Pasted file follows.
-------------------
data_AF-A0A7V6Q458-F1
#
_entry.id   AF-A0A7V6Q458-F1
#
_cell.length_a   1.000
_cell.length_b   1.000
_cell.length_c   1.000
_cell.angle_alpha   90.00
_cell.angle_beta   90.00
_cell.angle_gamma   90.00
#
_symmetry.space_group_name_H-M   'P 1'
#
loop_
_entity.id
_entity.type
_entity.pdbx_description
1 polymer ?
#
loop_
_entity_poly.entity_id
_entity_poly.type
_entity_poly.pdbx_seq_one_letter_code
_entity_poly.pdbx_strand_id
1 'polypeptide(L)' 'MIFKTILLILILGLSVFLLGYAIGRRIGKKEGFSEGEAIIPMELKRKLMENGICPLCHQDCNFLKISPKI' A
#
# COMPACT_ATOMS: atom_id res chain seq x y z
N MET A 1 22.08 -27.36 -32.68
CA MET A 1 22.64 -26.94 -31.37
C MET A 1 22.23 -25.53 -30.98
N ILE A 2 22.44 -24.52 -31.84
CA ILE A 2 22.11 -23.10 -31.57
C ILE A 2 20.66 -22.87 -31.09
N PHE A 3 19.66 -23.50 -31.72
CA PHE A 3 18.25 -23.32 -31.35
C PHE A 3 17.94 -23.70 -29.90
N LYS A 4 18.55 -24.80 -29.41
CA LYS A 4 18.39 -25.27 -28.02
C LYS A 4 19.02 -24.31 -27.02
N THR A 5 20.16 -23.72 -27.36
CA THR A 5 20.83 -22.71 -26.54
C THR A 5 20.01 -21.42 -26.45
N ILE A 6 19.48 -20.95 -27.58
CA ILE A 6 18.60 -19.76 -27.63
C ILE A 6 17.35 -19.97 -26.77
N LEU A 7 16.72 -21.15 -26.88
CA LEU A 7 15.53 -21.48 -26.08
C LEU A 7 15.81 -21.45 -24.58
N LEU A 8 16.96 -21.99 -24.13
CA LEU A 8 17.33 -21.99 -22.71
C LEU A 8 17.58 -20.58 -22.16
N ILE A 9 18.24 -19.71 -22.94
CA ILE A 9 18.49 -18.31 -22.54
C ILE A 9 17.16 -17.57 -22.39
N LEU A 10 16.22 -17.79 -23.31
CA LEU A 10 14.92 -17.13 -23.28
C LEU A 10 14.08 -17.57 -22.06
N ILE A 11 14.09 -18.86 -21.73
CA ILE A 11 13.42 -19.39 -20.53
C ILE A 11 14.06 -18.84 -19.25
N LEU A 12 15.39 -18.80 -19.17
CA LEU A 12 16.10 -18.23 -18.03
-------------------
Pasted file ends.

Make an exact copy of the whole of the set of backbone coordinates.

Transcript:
data_AF-A0A7V6Q458-F1
#
_entry.id   AF-A0A7V6Q458-F1
#
_cell.length_a   1.000
_cell.length_b   1.000
_cell.length_c   1.000
_cell.angle_alpha   90.00
_cell.angle_beta   90.00
_cell.angle_gamma   90.00
#
_symmetry.space_group_name_H-M   'P 1'
#
loop_
_entity.id
_entity.type
_entity.pdbx_description
1 polymer ?
#
loop_
_entity_poly.entity_id
_entity_poly.type
_entity_poly.pdbx_seq_one_letter_code
_entity_poly.pdbx_strand_id
1 'polypeptide(L)' 'MIFKTILLILILGLSVFLLGYAIGRRIGKKEGFSEGEAIIPMELKRKLMENGICPLCHQDCNFLKISPKI' A
#
# COMPACT_ATOMS: atom_id res chain seq x y z
N MET A 1 22.08 -27.36 -32.68
CA MET A 1 22.64 -26.94 -31.37
C MET A 1 22.23 -25.53 -30.98
N ILE A 2 22.44 -24.52 -31.84
CA ILE A 2 22.11 -23.10 -31.57
C ILE A 2 20.66 -22.87 -31.09
N PHE A 3 19.66 -23.50 -31.72
CA PHE A 3 18.25 -23.32 -31.35
C PHE A 3 17.94 -23.70 -29.90
N LYS A 4 18.55 -24.80 -29.41
CA LYS A 4 18.39 -25.27 -28.02
C LYS A 4 19.02 -24.31 -27.02
N THR A 5 20.16 -23.72 -27.36
CA THR A 5 20.83 -22.71 -26.54
C THR A 5 20.01 -21.42 -26.45
N ILE A 6 19.48 -20.95 -27.58
CA ILE A 6 18.60 -19.76 -27.63
C ILE A 6 17.35 -19.97 -26.77
N LEU A 7 16.72 -21.15 -26.88
CA LEU A 7 15.53 -21.48 -26.08
C LEU A 7 15.81 -21.45 -24.58
N LEU A 8 16.96 -21.99 -24.13
CA LEU A 8 17.33 -21.99 -22.71
C LEU A 8 17.58 -20.58 -22.16
N ILE A 9 18.24 -19.71 -22.94
CA ILE A 9 18.49 -18.31 -22.54
C ILE A 9 17.16 -17.57 -22.39
N LEU A 10 16.22 -17.79 -23.31
CA LEU A 10 14.92 -17.13 -23.28
C LEU A 10 14.08 -17.57 -22.06
N ILE A 11 14.09 -18.86 -21.73
CA ILE A 11 13.42 -19.39 -20.53
C ILE A 11 14.06 -18.84 -19.25
N LEU A 12 15.39 -18.80 -19.17
CA LEU A 12 16.10 -18.23 -18.03